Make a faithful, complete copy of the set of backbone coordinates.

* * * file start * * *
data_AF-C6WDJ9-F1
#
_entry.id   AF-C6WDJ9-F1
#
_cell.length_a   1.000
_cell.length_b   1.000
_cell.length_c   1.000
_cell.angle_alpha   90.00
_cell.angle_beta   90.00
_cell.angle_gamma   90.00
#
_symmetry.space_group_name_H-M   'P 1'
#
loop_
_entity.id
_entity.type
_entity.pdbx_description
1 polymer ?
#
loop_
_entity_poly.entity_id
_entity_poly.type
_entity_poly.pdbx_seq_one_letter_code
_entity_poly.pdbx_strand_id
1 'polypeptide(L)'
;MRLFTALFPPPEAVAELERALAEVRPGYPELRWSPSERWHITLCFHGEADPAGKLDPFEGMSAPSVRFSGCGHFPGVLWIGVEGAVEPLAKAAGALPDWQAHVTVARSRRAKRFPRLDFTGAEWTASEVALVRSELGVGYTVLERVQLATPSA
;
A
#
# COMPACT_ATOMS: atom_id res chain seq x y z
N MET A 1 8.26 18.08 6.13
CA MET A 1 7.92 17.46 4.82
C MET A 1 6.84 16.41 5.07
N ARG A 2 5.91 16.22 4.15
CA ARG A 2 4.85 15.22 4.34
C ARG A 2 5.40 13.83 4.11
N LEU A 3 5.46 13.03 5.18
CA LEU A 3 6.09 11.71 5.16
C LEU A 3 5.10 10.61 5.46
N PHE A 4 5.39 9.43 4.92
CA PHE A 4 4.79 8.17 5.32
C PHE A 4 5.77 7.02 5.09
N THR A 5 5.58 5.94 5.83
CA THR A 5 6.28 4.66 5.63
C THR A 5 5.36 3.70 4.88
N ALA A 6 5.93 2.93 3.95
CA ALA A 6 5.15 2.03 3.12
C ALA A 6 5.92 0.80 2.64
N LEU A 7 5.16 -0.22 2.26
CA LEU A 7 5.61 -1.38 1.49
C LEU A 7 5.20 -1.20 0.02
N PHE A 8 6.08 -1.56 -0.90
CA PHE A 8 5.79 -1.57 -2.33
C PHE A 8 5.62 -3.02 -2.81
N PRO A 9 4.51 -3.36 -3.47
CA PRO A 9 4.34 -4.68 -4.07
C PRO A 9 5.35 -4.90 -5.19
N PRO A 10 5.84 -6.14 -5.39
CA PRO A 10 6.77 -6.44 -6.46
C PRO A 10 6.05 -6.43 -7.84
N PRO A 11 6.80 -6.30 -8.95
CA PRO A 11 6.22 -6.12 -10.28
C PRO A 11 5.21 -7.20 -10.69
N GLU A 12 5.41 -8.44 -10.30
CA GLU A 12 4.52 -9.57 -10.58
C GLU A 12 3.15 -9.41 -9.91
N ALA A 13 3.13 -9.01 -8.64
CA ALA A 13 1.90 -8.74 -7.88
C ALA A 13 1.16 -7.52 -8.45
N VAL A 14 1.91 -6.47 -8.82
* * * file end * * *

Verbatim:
data_AF-C6WDJ9-F1
#
_entry.id   AF-C6WDJ9-F1
#
_cell.length_a   1.000
_cell.length_b   1.000
_cell.length_c   1.000
_cell.angle_alpha   90.00
_cell.angle_beta   90.00
_cell.angle_gamma   90.00
#
_symmetry.space_group_name_H-M   'P 1'
#
loop_
_entity.id
_entity.type
_entity.pdbx_description
1 polymer ?
#
loop_
_entity_poly.entity_id
_entity_poly.type
_entity_poly.pdbx_seq_one_letter_code
_entity_poly.pdbx_strand_id
1 'polypeptide(L)'
;MRLFTALFPPPEAVAELERALAEVRPGYPELRWSPSERWHITLCFHGEADPAGKLDPFEGMSAPSVRFSGCGHFPGVLWIGVEGAVEPLAKAAGALPDWQAHVTVARSRRAKRFPRLDFTGAEWTASEVALVRSELGVGYTVLERVQLATPSA
;
A
#
# COMPACT_ATOMS: atom_id res chain seq x y z
N MET A 1 8.26 18.08 6.13
CA MET A 1 7.92 17.46 4.82
C MET A 1 6.84 16.41 5.07
N ARG A 2 5.91 16.22 4.15
CA ARG A 2 4.85 15.22 4.34
C ARG A 2 5.40 13.83 4.11
N LEU A 3 5.46 13.03 5.18
CA LEU A 3 6.09 11.71 5.16
C LEU A 3 5.10 10.61 5.46
N PHE A 4 5.39 9.43 4.92
CA PHE A 4 4.79 8.17 5.32
C PHE A 4 5.77 7.02 5.09
N THR A 5 5.58 5.94 5.83
CA THR A 5 6.28 4.66 5.63
C THR A 5 5.36 3.70 4.88
N ALA A 6 5.93 2.93 3.95
CA ALA A 6 5.15 2.03 3.12
C ALA A 6 5.92 0.80 2.64
N LEU A 7 5.16 -0.22 2.26
CA LEU A 7 5.61 -1.38 1.49
C LEU A 7 5.20 -1.20 0.02
N PHE A 8 6.08 -1.56 -0.90
CA PHE A 8 5.79 -1.57 -2.33
C PHE A 8 5.62 -3.02 -2.81
N PRO A 9 4.51 -3.36 -3.47
CA PRO A 9 4.34 -4.68 -4.07
C PRO A 9 5.35 -4.90 -5.19
N PRO A 10 5.84 -6.14 -5.39
CA PRO A 10 6.77 -6.44 -6.46
C PRO A 10 6.05 -6.43 -7.84
N PRO A 11 6.80 -6.30 -8.95
CA PRO A 11 6.22 -6.12 -10.28
C PRO A 11 5.21 -7.20 -10.69
N GLU A 12 5.41 -8.44 -10.30
CA GLU A 12 4.52 -9.57 -10.58
C GLU A 12 3.15 -9.41 -9.91
N ALA A 13 3.13 -9.01 -8.64
CA ALA A 13 1.90 -8.74 -7.88
C ALA A 13 1.16 -7.52 -8.45
N VAL A 14 1.91 -6.47 -8.82